The statistics involving the lifespan of a family business are kind of grim. While there are a lot of family businesses in the United States--5.5 million, per some accounts--they don't all stick around. According to Harvard Business Review, 70 percent of family businesses never become a business run by the second generation. Only 10 percent make it to a third generation.
So, what is that 10 percent's secret?
As a second generation-er helming a family business, I think I know. I'm the CEO of Creative Colors International, a national franchise that specializes in on-site restoration, cleaning, protection and dyeing of leather, vinyl, plastic and fabric. My parents, JoAnn and Jim Foster, started our company in 1980 as J&J Creative Colors, which was then solely an automobile upholstery repair business. Here are some of my theories on why some family businesses thrive.
The emphasis should be on the business, not the family.
Some parents want so badly to be able to pass on the business to their kids that they practically will it to happen. But many children don't want to follow in their parents' footsteps. They need to chart their own path, and your kids should be encouraged to do that.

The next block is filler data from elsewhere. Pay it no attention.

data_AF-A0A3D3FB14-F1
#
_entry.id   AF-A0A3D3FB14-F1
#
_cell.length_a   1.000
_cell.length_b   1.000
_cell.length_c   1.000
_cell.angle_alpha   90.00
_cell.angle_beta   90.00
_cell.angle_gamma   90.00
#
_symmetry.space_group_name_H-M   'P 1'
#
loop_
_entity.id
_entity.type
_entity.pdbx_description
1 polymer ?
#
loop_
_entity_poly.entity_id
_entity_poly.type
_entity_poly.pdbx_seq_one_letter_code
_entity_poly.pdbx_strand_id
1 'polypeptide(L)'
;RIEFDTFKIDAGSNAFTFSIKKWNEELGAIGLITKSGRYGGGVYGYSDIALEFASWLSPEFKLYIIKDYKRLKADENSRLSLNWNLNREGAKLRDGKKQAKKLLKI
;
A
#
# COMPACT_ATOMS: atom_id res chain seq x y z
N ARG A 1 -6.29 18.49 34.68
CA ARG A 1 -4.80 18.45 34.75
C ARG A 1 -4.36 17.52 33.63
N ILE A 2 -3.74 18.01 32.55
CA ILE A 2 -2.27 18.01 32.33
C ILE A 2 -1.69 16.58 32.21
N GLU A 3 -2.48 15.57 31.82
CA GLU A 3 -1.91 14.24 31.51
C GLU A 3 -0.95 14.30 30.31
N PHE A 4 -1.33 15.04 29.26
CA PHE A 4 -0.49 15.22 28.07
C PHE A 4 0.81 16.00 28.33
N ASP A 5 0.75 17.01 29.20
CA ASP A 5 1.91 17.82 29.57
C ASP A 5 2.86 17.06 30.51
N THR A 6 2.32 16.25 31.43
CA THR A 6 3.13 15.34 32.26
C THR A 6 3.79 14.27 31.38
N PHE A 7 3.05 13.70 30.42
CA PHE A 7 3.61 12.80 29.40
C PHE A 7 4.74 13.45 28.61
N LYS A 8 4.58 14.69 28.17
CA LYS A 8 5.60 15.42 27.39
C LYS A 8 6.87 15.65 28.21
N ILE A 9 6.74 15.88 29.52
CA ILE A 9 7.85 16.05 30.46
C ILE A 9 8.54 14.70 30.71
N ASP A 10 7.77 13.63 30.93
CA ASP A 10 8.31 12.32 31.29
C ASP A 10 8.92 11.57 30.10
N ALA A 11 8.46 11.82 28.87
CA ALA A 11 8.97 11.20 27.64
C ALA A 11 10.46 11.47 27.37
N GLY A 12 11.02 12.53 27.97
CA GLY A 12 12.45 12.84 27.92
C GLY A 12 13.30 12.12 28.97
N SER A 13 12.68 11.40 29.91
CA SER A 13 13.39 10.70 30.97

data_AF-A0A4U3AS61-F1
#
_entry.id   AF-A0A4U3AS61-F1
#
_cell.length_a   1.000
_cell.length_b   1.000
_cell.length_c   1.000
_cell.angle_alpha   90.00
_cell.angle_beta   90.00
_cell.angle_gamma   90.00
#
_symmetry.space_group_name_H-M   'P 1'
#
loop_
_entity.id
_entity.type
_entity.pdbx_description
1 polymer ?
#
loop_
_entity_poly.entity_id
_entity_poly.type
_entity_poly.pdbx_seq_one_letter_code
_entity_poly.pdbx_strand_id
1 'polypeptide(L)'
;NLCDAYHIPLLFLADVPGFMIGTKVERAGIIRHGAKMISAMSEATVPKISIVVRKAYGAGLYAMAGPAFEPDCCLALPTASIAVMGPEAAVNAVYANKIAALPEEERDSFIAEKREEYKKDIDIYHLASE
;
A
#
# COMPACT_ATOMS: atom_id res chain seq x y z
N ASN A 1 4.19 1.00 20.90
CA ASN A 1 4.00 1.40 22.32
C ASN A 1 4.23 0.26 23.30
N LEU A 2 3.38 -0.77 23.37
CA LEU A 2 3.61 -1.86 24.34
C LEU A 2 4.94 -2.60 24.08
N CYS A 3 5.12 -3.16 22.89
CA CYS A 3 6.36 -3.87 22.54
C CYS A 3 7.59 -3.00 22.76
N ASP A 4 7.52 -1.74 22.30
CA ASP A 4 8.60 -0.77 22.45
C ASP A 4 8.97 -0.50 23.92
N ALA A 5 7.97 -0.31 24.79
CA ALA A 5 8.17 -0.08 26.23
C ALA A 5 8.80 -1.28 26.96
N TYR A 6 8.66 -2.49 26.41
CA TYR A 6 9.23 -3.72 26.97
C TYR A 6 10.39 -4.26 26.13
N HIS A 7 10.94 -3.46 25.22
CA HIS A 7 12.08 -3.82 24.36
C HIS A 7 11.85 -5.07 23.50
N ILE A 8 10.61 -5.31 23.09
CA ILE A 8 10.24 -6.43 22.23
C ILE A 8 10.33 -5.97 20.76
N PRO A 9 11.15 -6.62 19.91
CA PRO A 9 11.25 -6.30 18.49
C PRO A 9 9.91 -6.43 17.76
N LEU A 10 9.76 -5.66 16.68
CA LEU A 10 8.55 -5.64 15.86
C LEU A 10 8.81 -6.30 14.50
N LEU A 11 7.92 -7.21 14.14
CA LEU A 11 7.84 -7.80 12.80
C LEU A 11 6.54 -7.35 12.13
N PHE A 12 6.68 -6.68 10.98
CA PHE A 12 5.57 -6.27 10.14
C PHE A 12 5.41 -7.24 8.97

Besides, if you really want your business to be your ever-lasting legacy, you should be considering who would be the best people to take over. That may be somebody else's children.
Your kids should earn the right to take over.
Even if you have an enthusiastic kid who loves the idea of taking over someday, your employees may not be as enthusiastic. If your kid leapfrogs over everybody else into a prominent position upon being hired, you're going to create a lot of hard feelings.
This is why everybody's going to be more supportive and have more confidence in the new leadership if your kids pay their dues first. They need to have some time doing grunt and mid-level work, getting as much experience working everywhere in the business as possible so they can really understand how to run the entire operation.
Your kids may not be on the same timeline you are.
When I first started working at my parents' business, I was way too young and inexperienced to have taken over--if somehow Mom and Dad had been foolish enough to ask. I was fresh out of high school and working for them became overwhelming, with the lines between family and work impossibly blurred. I saw my parents 24/7 and was thinking about work 24/7.
This is why I left and started working toward becoming a...